Council members can expect to dedicate 10-20 days a year to Council business, depending on Committee activities.

What’s in it for me?

Your service as a member of Council regulates the veterinary profession in the public interest. You will particpiate in decision-making about standards of practice and professional conduct. With your Council colleagues, you will lead the profession by sharing ideas and perspectives to help shape the practice of veterinary medicine in Ontario. Each councillor helps the College deliver on its mandate of reponsible, professional and ethical decision-making in the public interest. 

The College provides an orientation session to introduce new members to the College, its mandate, current policies and ongoing activities. Orientation is also provided for each of the committees.

Serving on Council is an opportunity to shape the regulation of the veterinary profession for years to come.

Compensation:

Council and committee members are reimbursed for expenses incurred while carrying out College business. They also receive a per diem of $400 for each whole meeting day and $200 for a half day.

Meetings are held at the College’s office in Guelph, Ontario.

Comments from former Council members ...

I joined Council in order to give back to the profession. Little did l know how personally transforming the overall experience would be. As a new councillor my initial learning efforts were directed to understanding and working within the not-for-profit self-regulatory model, developing positive working relationships with fellow councillors and staff and learning how to “listen” and find my “voice” during debates related to policies, finances or statutory matters.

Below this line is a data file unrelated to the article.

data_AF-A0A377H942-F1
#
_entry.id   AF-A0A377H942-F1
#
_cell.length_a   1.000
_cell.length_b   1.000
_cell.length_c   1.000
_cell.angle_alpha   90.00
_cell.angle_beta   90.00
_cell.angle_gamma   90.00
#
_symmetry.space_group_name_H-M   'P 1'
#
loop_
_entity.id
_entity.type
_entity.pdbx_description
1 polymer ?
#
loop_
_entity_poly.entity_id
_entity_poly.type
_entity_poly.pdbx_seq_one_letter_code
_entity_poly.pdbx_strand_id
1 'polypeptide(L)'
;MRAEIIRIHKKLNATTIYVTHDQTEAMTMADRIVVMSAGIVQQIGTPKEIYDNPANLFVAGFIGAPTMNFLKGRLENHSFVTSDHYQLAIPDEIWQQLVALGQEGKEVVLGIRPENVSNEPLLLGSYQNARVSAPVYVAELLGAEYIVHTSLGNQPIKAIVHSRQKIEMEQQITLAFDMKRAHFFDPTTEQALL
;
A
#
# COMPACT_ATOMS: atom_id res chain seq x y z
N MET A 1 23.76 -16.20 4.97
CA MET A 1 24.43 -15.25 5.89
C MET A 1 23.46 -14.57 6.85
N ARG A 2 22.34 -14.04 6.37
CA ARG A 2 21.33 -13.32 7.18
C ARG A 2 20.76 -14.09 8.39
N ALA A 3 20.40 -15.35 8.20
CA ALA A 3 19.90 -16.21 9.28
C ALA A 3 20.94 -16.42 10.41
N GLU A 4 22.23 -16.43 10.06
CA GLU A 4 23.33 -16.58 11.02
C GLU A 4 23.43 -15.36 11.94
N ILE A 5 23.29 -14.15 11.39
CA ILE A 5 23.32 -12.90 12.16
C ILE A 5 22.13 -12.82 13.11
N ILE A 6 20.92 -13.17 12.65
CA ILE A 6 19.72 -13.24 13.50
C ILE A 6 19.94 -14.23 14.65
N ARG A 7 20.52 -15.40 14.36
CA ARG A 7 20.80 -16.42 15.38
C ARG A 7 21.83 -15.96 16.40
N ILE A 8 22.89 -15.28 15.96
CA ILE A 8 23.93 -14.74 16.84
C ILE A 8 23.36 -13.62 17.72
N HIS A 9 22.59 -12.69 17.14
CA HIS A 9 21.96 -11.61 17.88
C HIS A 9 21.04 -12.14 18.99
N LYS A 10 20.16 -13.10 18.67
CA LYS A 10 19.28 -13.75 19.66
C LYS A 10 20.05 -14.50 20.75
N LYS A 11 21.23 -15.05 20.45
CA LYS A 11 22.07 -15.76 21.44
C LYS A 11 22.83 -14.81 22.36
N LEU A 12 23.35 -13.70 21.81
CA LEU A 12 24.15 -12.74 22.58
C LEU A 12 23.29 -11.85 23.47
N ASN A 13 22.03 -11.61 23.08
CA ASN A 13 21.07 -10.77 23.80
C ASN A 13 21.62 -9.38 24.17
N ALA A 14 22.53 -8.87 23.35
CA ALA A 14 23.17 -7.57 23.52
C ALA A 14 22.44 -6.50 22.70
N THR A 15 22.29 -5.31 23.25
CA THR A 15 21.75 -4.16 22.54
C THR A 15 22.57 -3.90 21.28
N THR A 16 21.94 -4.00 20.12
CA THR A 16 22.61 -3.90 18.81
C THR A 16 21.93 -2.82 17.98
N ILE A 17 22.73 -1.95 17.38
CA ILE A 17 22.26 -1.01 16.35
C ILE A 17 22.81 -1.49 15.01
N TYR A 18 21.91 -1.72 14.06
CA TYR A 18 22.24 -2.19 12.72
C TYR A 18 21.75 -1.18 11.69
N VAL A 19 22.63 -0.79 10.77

Serving on committees and subsequently as President, required provided unparalleled opportunity to develop relationships with veterinarians and members of the public across the country, and to develop my personal leadership skills while working with the high performing teams of both staff and Council. The rewards were many.

Through this “stretch” opportunity I simply learned to trust that each council member’s particular and singular voice was so very important to informing fulsome debate and building consensus in decision making, no matter what their background. Serving on Council featured as one of the best overall experiences of my professional life. It was gratifying, fun and at times exhilarating to have a role in leading the profession forward.
Nina Szpakowski, DVM
CVO President 2012-13


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Participating on the CVO Council as a committee member was a rewarding experience that I recommend for any Ontario veterinarian that wants to give back to the profession.

Knowing that veterinarians face a broad range of challenges and opportunities I enjoyed being part of the solution in shaping the regulations governing our regulatory body with other motivated and concerned veterinarians, and public representatives.  

My time on Council was educational while I learned about the role of the CVO in regulating the veterinary profession to protect the public interest within the limits of provincially mandated rules and regulations. Finally, It was gratifying to know that everyone within the CVO organization was truly working to ensure that the Ontario veterinarians were poised to face the challenges of today and tomorrow.

Mike Pownall, DVM
CVO Council 2011-14